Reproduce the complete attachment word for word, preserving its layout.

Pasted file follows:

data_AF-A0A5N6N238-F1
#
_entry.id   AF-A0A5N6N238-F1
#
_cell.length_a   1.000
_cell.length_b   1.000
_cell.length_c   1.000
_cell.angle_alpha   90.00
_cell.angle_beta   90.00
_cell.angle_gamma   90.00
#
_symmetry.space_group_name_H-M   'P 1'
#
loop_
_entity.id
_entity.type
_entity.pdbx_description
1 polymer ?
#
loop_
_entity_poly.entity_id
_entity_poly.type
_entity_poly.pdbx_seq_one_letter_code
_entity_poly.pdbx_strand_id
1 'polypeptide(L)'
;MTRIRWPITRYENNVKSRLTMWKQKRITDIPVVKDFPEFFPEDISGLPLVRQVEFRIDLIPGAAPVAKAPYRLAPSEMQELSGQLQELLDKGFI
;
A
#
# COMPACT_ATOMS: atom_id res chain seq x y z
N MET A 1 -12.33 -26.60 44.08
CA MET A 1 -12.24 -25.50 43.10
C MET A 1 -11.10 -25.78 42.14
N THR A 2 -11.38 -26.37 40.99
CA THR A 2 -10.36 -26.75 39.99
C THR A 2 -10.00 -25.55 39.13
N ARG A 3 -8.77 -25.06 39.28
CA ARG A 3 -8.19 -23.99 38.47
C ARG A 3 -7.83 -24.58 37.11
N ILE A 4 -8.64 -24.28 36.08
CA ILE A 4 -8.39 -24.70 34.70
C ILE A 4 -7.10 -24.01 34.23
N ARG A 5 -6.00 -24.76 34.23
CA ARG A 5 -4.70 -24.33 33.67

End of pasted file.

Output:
data_AF-A0A5N6N238-F1
#
_entry.id   AF-A0A5N6N238-F1
#
_cell.length_a   1.000
_cell.length_b   1.000
_cell.length_c   1.000
_cell.angle_alpha   90.00
_cell.angle_beta   90.00
_cell.angle_gamma   90.00
#
_symmetry.space_group_name_H-M   'P 1'
#
loop_
_entity.id
_entity.type
_entity.pdbx_description
1 polymer ?
#
loop_
_entity_poly.entity_id
_entity_poly.type
_entity_poly.pdbx_seq_one_letter_code
_entity_poly.pdbx_strand_id
1 'polypeptide(L)'
;MTRIRWPITRYENNVKSRLTMWKQKRITDIPVVKDFPEFFPEDISGLPLVRQVEFRIDLIPGAAPVAKAPYRLAPSEMQELSGQLQELLDKGFI
;
A
#
# COMPACT_ATOMS: atom_id res chain seq x y z
N MET A 1 -12.33 -26.60 44.08
CA MET A 1 -12.24 -25.50 43.10
C MET A 1 -11.10 -25.78 42.14
N THR A 2 -11.38 -26.37 40.99
CA THR A 2 -10.36 -26.75 39.99
C THR A 2 -10.00 -25.55 39.13
N ARG A 3 -8.77 -25.06 39.28
CA ARG A 3 -8.19 -23.99 38.47
C ARG A 3 -7.83 -24.58 37.11
N ILE A 4 -8.64 -24.28 36.08
CA ILE A 4 -8.39 -24.70 34.70
C ILE A 4 -7.10 -24.01 34.23
N ARG A 5 -6.00 -24.76 34.23
CA ARG A 5 -4.70 -24.33 33.67